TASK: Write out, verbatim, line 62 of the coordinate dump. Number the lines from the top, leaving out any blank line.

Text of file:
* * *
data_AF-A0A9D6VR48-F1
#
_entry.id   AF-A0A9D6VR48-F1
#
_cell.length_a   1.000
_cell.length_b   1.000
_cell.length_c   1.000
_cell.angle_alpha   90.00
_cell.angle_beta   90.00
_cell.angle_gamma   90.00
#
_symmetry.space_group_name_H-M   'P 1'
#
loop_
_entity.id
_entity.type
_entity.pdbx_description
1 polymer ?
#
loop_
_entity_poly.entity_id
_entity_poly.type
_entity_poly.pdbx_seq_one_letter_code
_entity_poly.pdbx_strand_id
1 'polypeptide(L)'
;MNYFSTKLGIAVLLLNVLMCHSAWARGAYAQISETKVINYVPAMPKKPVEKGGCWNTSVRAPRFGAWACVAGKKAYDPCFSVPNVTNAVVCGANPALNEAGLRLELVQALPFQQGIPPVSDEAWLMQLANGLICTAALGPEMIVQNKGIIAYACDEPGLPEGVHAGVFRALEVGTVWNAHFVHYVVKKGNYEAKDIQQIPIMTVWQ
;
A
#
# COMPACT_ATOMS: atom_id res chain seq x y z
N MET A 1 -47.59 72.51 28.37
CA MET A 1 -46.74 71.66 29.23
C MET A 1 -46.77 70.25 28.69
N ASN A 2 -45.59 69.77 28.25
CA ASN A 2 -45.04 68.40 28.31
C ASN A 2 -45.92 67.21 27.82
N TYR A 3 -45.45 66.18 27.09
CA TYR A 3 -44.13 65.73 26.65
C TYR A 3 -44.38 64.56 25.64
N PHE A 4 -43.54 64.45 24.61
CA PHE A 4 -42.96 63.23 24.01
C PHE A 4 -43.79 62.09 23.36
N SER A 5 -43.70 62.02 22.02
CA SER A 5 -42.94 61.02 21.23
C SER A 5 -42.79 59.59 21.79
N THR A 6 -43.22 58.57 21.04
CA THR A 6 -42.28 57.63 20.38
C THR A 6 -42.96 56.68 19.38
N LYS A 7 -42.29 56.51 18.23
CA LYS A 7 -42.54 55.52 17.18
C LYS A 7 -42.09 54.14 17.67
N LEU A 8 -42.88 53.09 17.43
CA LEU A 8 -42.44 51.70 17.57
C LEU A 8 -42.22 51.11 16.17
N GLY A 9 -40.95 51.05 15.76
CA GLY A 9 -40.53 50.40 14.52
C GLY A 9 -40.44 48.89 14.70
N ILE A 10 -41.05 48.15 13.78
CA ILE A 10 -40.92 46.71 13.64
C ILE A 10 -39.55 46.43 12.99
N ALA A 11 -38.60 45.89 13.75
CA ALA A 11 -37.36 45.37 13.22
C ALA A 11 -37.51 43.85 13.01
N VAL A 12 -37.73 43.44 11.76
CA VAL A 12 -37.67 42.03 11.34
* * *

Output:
CA ALA A 11 -37.36 45.37 13.22